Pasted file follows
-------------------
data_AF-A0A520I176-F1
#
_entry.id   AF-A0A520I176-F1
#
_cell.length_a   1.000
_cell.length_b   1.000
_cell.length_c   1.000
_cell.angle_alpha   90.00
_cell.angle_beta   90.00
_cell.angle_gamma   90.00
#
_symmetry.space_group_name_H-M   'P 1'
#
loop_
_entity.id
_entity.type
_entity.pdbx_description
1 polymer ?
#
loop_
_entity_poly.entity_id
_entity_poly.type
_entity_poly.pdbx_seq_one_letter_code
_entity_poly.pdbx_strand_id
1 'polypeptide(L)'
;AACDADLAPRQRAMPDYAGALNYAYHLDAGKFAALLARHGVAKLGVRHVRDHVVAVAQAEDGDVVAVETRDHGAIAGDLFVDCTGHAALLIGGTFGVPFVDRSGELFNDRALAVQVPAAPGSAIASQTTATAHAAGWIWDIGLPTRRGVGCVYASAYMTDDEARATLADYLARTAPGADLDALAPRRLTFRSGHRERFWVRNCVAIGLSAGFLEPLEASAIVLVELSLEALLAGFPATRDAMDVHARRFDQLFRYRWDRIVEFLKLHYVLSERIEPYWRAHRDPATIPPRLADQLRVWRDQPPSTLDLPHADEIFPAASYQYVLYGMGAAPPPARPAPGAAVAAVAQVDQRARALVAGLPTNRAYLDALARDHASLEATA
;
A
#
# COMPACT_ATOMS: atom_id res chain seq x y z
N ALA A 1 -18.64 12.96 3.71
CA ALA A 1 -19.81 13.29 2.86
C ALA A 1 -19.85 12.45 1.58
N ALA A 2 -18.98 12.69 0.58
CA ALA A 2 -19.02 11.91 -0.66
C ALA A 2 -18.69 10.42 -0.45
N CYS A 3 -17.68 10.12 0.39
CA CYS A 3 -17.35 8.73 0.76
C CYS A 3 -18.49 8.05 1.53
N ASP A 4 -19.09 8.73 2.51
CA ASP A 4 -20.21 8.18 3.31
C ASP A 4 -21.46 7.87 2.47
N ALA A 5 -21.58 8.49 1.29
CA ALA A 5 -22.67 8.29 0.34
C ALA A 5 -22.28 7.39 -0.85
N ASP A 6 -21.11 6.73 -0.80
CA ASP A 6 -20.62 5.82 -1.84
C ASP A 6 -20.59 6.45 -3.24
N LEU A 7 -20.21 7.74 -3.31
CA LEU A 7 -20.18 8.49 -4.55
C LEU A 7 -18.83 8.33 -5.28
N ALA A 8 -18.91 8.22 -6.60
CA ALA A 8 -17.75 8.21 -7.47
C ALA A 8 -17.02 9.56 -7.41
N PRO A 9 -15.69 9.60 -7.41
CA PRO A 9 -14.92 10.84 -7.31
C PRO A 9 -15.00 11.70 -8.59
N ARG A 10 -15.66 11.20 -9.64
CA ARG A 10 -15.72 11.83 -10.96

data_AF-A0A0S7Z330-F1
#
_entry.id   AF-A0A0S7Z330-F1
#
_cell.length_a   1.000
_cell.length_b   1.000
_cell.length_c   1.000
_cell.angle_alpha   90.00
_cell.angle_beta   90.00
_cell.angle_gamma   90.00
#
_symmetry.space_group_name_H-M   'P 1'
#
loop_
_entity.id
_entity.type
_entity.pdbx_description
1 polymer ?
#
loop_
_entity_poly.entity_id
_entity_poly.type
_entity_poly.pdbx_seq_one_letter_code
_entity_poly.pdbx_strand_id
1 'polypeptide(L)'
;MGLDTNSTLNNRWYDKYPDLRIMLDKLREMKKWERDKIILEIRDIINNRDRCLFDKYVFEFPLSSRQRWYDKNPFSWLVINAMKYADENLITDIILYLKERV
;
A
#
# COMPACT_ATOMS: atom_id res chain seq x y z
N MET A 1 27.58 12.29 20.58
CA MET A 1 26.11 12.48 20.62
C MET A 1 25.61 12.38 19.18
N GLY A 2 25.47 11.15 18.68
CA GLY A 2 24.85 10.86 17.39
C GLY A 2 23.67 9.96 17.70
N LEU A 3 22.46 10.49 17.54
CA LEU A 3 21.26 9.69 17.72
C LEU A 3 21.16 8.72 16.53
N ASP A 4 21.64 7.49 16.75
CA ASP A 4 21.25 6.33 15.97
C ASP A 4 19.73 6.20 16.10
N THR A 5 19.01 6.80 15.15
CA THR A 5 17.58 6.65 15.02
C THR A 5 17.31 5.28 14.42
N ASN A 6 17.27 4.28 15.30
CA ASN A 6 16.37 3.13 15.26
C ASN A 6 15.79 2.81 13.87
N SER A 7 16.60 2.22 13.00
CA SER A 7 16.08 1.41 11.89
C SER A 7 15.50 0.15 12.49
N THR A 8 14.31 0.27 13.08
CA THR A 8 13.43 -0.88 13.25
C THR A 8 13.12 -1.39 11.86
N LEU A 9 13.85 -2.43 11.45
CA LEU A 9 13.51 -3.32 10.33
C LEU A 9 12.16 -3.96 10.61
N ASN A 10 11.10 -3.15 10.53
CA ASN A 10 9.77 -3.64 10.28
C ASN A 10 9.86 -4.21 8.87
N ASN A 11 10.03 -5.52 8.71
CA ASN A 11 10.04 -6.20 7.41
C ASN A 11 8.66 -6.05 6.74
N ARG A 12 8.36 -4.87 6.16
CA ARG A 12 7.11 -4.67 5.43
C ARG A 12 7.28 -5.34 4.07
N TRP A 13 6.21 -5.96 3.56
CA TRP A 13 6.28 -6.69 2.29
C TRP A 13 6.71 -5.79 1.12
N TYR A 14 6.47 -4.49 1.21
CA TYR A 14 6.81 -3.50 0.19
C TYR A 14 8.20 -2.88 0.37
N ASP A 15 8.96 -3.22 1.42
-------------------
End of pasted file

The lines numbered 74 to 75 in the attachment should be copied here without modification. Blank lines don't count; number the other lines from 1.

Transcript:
_entity.id
_entity.type